The Day the Crayons Quit Display, Scavenger Hunt, and Photo Contest

You know what I wish? That one day the stars align and the theme of the B.C. Summer Reading Club matches either the Collaborative Summer Library Program or the iRead Summer Reading Program. You all have some amazing ideas! Today’s post will shine a light on the creative work being done this summer with the iRead program featuring artwork from The Day the Crayons Quit by Oliver Jeffers.

These activities fit perfectly with the theme of “Reading Colors Your World,” but it could totally be used year-round. Crayons are used for writing, and writing is one of the five early literacy practices after all. The rainbow colours would make also make a beautiful addition to a Pride display. Basically, I will be stealing and using this in Vancouver as soon as possible.

I would like to give a special thank you to Ron McCutchan, Head of Youth Services at Princeton Public Library in Illinois and Sophia from the Maplewood Public Library in Missouri. They have graciously shared their designs and activities here for all of us to use.

Book Walk and Scavenger Hunt

At the Princeton Public Library, Ron led his team in creating a word scavenger hunt and book walk around the main shopping district in partnership with the Chamber of Commerce. Along with a page from the book, these adorable crayons hid in store windows while holding up a secret word that families wrote down on their scavenger hunt card. The crayons are now decorating the children’s department post-hunt. What I love about this activity is that you could easily set up the scavenger hunt inside or outside of the library, you can change the secret words to fit a theme, and the crayons can be used as decorations in any display, So many bangs for your buck!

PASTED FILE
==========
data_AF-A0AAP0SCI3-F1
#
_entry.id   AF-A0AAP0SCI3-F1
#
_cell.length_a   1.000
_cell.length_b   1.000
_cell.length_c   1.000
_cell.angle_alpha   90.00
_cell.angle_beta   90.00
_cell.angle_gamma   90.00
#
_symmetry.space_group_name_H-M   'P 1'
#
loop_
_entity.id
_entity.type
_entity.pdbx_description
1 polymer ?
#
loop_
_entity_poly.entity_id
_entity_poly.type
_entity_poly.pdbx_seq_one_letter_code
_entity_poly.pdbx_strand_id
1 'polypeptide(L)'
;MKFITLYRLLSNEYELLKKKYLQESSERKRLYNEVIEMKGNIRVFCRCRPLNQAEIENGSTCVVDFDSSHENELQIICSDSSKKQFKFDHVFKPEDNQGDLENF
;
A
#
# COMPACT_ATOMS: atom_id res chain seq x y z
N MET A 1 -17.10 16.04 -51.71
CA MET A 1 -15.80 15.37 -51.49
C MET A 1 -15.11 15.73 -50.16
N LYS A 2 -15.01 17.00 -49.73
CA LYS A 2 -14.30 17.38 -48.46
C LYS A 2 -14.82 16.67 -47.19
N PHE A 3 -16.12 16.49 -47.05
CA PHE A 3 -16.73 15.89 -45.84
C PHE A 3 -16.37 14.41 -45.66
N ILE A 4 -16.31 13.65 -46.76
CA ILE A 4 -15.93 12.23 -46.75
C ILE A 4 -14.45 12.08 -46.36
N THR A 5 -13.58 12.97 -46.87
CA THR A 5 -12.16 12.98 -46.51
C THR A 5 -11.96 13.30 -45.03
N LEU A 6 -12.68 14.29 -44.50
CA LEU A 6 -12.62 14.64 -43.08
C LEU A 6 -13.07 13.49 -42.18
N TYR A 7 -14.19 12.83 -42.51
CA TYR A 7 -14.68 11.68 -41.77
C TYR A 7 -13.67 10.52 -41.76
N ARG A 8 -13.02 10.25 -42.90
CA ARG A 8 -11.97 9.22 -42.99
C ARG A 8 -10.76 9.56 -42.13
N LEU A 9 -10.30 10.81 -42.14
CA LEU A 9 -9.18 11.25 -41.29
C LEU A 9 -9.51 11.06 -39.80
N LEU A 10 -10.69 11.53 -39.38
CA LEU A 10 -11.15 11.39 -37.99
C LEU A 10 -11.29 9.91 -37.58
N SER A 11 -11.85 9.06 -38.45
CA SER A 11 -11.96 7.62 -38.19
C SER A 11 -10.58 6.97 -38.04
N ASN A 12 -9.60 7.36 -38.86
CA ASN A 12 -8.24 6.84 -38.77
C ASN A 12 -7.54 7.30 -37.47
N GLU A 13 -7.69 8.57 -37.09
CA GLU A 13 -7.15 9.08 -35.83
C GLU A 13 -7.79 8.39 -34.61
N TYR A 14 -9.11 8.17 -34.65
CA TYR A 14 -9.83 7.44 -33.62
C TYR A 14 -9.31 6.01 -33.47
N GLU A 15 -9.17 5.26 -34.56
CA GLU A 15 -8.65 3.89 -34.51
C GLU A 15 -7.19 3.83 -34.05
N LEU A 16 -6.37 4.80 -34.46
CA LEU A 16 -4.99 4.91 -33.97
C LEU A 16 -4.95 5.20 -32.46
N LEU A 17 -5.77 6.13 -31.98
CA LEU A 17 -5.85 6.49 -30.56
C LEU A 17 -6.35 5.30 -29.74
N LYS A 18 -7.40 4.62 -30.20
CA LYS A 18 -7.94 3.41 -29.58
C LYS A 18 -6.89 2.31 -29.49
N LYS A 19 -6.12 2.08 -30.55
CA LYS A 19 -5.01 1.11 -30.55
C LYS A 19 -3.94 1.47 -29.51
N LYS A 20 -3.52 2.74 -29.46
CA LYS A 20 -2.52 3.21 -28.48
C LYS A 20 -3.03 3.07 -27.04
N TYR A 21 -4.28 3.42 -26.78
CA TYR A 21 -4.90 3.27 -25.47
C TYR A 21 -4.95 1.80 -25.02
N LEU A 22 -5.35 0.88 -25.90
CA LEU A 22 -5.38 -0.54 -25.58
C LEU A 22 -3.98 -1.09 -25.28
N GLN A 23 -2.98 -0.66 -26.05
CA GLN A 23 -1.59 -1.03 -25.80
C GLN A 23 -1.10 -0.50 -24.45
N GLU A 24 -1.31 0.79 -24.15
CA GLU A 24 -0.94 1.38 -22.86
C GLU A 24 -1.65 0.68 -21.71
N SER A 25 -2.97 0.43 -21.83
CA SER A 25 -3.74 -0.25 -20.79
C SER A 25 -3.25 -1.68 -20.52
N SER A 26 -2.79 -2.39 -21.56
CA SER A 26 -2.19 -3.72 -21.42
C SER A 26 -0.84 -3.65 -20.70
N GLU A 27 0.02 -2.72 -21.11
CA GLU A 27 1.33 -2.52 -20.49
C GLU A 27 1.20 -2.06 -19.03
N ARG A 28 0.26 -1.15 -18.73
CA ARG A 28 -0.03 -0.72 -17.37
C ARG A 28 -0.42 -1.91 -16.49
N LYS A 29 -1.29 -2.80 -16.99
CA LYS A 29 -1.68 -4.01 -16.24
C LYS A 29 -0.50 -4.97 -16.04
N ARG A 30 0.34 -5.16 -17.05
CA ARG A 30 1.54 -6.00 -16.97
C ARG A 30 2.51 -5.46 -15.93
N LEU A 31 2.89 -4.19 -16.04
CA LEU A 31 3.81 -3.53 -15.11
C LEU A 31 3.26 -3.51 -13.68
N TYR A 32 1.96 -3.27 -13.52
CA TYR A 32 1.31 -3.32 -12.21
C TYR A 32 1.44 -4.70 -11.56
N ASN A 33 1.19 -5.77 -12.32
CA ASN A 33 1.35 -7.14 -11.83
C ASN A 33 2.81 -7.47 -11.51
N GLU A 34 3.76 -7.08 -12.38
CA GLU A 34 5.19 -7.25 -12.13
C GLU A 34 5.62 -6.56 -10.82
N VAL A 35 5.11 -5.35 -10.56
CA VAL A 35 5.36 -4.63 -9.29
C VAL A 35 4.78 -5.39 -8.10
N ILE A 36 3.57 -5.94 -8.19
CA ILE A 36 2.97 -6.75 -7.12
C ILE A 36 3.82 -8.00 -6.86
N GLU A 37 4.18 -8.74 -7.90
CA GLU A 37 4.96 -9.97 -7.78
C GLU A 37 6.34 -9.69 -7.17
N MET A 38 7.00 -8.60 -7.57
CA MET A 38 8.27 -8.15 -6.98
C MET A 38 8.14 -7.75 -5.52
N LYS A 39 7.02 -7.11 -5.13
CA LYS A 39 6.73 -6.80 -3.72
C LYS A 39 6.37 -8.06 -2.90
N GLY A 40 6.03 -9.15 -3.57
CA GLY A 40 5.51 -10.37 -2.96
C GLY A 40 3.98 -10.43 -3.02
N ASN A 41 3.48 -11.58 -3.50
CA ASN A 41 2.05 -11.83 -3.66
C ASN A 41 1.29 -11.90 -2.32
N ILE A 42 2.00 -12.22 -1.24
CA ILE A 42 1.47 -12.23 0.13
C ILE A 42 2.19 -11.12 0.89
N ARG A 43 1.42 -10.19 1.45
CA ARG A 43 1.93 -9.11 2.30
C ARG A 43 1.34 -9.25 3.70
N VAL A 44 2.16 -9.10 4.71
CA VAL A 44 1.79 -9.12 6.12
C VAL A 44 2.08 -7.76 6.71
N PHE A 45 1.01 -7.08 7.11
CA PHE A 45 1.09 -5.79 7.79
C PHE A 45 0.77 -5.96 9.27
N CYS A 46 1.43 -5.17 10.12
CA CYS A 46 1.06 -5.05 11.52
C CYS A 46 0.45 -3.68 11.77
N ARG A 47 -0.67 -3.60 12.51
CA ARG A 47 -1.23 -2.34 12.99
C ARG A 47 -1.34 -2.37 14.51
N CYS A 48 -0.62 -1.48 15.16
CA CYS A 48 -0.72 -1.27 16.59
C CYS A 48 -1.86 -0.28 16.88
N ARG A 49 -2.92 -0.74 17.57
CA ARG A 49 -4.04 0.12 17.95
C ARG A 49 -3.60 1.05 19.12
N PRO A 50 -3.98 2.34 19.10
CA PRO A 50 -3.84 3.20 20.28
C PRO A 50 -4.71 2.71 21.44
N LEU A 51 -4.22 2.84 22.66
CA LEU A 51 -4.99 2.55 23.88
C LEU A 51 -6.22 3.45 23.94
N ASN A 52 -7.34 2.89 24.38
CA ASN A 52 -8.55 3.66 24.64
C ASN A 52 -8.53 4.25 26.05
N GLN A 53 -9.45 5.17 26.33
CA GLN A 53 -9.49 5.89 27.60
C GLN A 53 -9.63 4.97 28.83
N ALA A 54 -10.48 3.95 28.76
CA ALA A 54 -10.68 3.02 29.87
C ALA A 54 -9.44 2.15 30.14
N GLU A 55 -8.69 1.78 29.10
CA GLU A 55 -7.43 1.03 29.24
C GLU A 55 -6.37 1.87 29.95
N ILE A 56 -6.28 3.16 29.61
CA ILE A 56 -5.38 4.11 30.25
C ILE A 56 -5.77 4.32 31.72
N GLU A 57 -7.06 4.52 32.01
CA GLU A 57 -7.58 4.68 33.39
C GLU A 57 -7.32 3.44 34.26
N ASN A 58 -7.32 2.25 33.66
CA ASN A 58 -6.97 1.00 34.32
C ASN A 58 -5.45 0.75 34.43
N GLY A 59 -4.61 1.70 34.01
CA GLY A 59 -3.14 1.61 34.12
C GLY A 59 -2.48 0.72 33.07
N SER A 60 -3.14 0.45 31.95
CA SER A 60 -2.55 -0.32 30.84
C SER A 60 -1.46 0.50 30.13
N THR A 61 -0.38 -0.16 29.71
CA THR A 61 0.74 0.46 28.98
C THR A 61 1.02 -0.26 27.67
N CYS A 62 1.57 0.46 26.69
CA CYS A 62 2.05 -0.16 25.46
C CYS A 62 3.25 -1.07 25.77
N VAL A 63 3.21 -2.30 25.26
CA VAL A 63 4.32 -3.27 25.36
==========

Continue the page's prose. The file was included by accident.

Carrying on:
Want to create your own set? Use the following documents to help you along the way:

Craft, Photo Contest, and Crayon “Retirement”

Sophia at Maplewood Public Library also took the theme and ran with it. First she made some DIY crayon people and shared the instructions on the library’s social media channels to encourage families to create their own writing buddies. I love instructions with photos – so great for kids!

To increase engagement, the library is also doing a crayon “retirement” event at the end of the summer where you can adopt one of the crayon people. Is this not the cutest thing ever?!! And to top it off they are running a crayon photo contest where families can adopt a crayon or make one of their own and then take pictures of them doing fun and silly things during retirement. I’m obsessed.

Thank you to Ron and Sophia for sharing these ideas! I can’t wait to make some crayons of my own.

As a very random side note, as a child I learned to pronounce crayon as “crown” and have to consciously change my pronunciation every time I say it otherwise I get some very confused looks from kids. Just me?

Will you be making any special displays or scavenger hunts this summer? Any other cool ideas you want to share relating to Summer Reading? Any words of praise for Ron and Sophie? Comments are open and ready 🙂